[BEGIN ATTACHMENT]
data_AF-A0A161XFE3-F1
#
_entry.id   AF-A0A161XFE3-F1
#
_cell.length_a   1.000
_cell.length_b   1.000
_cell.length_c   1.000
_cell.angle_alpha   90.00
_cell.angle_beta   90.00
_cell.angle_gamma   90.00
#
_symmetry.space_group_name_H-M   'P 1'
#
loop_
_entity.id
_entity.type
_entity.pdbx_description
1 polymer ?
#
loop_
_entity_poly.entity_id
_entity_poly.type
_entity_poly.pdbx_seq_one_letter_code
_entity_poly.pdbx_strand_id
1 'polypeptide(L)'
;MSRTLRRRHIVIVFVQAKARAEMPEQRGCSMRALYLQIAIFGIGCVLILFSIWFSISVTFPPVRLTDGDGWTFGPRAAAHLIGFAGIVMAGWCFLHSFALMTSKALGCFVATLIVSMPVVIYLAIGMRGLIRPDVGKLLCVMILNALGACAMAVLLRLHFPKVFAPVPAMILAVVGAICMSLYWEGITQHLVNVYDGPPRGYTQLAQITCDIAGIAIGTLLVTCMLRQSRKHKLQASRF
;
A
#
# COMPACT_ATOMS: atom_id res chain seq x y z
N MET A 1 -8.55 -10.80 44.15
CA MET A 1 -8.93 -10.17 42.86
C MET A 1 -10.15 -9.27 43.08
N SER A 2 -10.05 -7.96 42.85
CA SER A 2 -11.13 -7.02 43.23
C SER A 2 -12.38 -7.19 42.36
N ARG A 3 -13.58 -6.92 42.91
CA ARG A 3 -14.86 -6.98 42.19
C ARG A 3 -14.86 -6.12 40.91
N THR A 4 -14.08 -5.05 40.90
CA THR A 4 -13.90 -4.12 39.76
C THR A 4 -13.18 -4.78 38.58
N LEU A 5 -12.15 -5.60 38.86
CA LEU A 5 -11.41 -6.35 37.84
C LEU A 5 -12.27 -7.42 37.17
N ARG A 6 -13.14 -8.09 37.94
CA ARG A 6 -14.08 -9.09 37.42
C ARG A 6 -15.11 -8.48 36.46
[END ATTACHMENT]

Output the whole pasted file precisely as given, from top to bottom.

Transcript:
data_AF-A0A161XFE3-F1
#
_entry.id   AF-A0A161XFE3-F1
#
_cell.length_a   1.000
_cell.length_b   1.000
_cell.length_c   1.000
_cell.angle_alpha   90.00
_cell.angle_beta   90.00
_cell.angle_gamma   90.00
#
_symmetry.space_group_name_H-M   'P 1'
#
loop_
_entity.id
_entity.type
_entity.pdbx_description
1 polymer ?
#
loop_
_entity_poly.entity_id
_entity_poly.type
_entity_poly.pdbx_seq_one_letter_code
_entity_poly.pdbx_strand_id
1 'polypeptide(L)'
;MSRTLRRRHIVIVFVQAKARAEMPEQRGCSMRALYLQIAIFGIGCVLILFSIWFSISVTFPPVRLTDGDGWTFGPRAAAHLIGFAGIVMAGWCFLHSFALMTSKALGCFVATLIVSMPVVIYLAIGMRGLIRPDVGKLLCVMILNALGACAMAVLLRLHFPKVFAPVPAMILAVVGAICMSLYWEGITQHLVNVYDGPPRGYTQLAQITCDIAGIAIGTLLVTCMLRQSRKHKLQASRF
;
A
#
# COMPACT_ATOMS: atom_id res chain seq x y z
N MET A 1 -8.55 -10.80 44.15
CA MET A 1 -8.93 -10.17 42.86
C MET A 1 -10.15 -9.27 43.08
N SER A 2 -10.05 -7.96 42.85
CA SER A 2 -11.13 -7.02 43.23
C SER A 2 -12.38 -7.19 42.36
N ARG A 3 -13.58 -6.92 42.91
CA ARG A 3 -14.86 -6.98 42.19
C ARG A 3 -14.86 -6.12 40.91
N THR A 4 -14.08 -5.05 40.90
CA THR A 4 -13.90 -4.12 39.76
C THR A 4 -13.18 -4.78 38.58
N LEU A 5 -12.15 -5.60 38.86
CA LEU A 5 -11.41 -6.35 37.84
C LEU A 5 -12.27 -7.42 37.17
N ARG A 6 -13.14 -8.09 37.94
CA ARG A 6 -14.08 -9.09 37.42
C ARG A 6 -15.11 -8.48 36.46